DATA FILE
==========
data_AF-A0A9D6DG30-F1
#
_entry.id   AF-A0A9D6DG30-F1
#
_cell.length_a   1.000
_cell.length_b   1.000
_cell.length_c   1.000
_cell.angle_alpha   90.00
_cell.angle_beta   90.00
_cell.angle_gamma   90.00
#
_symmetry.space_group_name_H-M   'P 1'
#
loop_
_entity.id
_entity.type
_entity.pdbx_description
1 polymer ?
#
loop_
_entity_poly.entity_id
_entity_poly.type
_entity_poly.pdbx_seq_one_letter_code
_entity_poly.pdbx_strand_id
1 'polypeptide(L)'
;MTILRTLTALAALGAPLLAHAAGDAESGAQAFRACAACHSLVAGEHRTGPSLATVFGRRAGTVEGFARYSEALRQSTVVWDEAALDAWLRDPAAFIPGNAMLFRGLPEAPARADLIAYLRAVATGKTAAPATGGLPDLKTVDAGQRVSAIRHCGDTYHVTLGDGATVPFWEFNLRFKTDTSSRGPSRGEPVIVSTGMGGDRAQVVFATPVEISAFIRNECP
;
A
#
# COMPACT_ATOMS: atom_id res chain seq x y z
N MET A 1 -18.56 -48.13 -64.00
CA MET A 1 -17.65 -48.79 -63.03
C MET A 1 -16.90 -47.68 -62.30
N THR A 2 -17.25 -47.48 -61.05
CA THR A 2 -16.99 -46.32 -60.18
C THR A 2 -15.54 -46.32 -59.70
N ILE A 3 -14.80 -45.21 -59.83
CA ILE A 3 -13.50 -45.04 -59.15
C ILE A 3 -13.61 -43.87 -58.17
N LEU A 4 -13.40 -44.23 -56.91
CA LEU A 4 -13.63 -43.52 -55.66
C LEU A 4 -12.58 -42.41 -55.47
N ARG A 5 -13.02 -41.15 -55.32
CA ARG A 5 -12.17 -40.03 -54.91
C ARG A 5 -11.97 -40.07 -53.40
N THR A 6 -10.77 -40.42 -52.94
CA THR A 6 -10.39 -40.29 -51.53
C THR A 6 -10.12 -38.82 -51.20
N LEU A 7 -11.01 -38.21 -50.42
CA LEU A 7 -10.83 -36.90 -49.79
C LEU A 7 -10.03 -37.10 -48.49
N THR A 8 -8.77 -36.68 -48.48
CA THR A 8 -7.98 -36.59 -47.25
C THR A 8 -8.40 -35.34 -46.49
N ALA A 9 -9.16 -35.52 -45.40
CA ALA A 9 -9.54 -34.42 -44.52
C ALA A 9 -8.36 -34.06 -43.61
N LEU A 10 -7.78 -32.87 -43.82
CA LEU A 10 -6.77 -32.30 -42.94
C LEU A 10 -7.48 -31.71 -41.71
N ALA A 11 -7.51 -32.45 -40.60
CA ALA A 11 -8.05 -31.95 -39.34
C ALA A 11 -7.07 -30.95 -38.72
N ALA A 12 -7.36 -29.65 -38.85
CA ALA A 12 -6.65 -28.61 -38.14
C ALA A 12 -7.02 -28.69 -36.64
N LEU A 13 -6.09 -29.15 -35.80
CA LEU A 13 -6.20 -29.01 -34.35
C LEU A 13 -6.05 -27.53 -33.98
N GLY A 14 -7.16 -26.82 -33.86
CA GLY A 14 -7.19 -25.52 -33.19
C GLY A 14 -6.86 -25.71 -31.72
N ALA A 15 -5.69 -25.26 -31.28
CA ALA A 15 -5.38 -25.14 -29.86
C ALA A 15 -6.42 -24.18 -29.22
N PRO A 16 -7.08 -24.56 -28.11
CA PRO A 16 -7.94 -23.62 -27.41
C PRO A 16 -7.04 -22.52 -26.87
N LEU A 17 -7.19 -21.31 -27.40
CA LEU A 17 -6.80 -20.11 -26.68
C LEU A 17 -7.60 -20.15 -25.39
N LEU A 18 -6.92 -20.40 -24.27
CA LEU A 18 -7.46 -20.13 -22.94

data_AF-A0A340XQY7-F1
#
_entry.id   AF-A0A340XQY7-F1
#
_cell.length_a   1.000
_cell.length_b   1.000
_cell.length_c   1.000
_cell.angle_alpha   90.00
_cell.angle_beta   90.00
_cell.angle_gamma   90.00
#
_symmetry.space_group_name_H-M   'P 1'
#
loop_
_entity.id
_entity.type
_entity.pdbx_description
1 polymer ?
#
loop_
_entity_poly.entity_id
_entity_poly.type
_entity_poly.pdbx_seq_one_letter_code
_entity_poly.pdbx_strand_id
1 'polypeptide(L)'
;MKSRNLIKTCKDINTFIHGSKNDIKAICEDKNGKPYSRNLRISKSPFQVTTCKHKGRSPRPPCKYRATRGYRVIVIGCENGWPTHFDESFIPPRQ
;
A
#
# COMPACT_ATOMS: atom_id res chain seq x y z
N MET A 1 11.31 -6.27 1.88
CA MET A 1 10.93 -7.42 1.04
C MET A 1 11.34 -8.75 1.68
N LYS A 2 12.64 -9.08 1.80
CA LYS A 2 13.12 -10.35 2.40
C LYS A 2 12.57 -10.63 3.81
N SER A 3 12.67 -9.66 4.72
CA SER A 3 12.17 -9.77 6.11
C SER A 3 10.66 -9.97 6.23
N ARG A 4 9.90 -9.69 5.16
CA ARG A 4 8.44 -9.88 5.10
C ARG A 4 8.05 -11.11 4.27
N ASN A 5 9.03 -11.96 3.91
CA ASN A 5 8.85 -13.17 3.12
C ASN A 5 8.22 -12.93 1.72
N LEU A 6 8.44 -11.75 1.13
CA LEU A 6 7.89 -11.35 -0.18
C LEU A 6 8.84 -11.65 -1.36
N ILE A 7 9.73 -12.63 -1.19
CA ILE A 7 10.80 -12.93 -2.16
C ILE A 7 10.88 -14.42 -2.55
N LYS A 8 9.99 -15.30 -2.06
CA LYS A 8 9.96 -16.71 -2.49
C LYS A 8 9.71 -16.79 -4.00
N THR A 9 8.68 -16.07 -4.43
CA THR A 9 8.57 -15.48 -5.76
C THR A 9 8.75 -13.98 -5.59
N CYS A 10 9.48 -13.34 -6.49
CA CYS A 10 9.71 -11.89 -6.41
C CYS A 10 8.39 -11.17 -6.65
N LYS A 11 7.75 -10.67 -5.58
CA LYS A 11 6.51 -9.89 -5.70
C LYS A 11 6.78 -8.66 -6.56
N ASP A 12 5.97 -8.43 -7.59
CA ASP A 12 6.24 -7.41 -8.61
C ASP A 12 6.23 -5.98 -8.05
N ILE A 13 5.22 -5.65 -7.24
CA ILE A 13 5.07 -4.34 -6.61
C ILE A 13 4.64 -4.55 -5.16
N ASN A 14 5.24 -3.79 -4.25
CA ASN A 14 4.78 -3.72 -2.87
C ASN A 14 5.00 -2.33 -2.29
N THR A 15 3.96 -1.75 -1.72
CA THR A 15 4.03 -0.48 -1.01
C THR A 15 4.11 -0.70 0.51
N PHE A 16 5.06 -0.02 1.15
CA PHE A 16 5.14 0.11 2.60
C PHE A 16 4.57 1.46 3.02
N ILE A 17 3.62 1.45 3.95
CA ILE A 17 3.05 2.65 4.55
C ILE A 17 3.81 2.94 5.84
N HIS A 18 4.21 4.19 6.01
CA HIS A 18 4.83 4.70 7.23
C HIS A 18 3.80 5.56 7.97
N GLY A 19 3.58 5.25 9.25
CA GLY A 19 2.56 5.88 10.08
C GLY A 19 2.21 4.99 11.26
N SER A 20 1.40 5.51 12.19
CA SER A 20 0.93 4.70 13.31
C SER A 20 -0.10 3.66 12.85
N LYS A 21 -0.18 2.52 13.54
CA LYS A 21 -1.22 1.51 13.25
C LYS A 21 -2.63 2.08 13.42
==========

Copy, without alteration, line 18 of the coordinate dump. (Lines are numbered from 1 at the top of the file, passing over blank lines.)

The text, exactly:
1 polymer ?